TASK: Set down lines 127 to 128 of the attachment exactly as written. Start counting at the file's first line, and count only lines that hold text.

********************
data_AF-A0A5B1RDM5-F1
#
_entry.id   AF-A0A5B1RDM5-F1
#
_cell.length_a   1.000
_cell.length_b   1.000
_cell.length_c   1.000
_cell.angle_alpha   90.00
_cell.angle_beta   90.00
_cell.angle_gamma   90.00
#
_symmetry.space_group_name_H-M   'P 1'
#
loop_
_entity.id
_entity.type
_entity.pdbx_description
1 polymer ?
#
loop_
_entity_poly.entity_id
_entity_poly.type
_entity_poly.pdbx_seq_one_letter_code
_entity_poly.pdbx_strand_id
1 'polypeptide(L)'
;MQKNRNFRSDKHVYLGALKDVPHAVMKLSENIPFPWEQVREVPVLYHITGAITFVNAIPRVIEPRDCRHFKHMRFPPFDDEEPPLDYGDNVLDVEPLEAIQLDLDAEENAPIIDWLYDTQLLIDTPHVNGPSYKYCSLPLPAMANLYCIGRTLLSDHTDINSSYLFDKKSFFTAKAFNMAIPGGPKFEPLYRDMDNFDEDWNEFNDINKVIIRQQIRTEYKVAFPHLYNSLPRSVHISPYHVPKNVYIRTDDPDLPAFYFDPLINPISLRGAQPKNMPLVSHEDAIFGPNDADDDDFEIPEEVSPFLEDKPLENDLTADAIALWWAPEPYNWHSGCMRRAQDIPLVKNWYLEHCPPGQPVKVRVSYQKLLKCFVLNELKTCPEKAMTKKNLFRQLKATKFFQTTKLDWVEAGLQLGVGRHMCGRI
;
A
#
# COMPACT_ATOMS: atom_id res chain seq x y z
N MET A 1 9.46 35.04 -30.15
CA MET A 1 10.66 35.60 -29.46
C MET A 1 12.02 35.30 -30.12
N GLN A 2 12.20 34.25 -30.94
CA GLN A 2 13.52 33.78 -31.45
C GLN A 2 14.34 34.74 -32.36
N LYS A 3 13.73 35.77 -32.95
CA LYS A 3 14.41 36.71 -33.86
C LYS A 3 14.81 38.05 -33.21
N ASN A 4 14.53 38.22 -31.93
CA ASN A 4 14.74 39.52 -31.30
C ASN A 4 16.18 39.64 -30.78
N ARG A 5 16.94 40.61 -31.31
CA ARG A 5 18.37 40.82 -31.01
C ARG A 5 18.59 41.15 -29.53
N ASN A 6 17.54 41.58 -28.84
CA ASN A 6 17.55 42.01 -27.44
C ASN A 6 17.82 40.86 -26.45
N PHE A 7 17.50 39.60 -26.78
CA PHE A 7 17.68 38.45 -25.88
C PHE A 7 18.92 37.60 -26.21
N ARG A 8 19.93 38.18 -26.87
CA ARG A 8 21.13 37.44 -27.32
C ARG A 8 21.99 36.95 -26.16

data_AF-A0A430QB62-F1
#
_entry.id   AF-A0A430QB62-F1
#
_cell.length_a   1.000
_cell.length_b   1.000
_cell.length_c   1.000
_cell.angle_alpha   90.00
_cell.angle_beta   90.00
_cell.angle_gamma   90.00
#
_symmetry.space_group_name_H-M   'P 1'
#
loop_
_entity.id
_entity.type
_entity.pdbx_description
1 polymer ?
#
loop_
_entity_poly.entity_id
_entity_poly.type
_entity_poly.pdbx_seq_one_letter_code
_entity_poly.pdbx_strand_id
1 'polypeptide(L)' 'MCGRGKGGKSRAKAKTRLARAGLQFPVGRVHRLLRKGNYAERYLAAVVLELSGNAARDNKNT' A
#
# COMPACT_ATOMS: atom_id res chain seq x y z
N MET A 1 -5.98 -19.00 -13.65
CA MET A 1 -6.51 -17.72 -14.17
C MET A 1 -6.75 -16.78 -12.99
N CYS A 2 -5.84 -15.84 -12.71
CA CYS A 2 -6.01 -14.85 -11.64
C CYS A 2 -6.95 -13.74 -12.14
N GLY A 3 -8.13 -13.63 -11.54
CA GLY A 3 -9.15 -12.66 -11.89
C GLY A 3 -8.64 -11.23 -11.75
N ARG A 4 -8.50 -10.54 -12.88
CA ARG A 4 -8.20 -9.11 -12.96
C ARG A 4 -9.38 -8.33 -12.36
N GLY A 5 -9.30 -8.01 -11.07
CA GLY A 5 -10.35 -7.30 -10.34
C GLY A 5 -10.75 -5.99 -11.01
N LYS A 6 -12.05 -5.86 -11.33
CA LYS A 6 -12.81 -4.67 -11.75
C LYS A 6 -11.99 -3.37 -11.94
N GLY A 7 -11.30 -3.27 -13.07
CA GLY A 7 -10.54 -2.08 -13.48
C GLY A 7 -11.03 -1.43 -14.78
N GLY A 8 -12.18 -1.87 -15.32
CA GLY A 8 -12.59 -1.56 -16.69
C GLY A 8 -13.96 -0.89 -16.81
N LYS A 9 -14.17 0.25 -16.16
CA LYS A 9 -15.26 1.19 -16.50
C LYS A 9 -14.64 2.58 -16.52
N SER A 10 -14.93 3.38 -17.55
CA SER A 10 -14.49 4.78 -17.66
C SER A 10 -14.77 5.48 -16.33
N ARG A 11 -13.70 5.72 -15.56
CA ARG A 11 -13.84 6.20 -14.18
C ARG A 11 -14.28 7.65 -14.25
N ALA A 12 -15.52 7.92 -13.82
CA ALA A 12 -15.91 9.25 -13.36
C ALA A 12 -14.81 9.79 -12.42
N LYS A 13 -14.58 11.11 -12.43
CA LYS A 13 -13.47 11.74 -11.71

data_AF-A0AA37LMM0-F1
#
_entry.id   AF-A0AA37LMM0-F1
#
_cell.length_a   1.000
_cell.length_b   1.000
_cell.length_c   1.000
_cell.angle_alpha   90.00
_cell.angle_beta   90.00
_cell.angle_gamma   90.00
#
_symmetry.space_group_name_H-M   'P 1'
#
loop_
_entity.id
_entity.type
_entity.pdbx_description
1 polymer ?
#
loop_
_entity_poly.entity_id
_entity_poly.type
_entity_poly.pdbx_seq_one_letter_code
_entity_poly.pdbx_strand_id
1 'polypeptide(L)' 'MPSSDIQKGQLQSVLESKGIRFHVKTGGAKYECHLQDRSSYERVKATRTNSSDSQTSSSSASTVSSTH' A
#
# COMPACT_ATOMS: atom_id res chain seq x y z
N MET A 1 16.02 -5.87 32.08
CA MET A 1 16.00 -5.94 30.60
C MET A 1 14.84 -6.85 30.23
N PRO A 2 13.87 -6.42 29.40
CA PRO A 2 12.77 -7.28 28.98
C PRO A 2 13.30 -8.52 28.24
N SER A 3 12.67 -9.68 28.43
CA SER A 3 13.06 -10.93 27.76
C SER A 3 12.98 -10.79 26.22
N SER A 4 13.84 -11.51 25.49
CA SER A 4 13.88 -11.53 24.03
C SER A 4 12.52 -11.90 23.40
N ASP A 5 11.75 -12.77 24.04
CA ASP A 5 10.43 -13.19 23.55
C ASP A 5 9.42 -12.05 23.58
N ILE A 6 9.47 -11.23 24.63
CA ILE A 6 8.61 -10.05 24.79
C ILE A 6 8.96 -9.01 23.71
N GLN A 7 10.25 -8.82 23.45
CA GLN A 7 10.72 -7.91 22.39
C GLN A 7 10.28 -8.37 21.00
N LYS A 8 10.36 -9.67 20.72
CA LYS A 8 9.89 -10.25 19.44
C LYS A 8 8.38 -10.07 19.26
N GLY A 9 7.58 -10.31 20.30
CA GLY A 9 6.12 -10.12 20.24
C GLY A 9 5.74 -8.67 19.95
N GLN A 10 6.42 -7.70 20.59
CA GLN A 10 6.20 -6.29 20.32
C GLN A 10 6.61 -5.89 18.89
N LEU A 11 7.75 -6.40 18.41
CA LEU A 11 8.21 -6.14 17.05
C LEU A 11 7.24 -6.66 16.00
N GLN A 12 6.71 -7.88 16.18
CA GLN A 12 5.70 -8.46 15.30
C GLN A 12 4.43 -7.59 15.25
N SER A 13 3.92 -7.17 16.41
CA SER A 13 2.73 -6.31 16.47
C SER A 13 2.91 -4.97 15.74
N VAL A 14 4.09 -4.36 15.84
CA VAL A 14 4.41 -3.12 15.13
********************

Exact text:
_cell.angle_alpha   90.00
_cell.angle_beta   90.00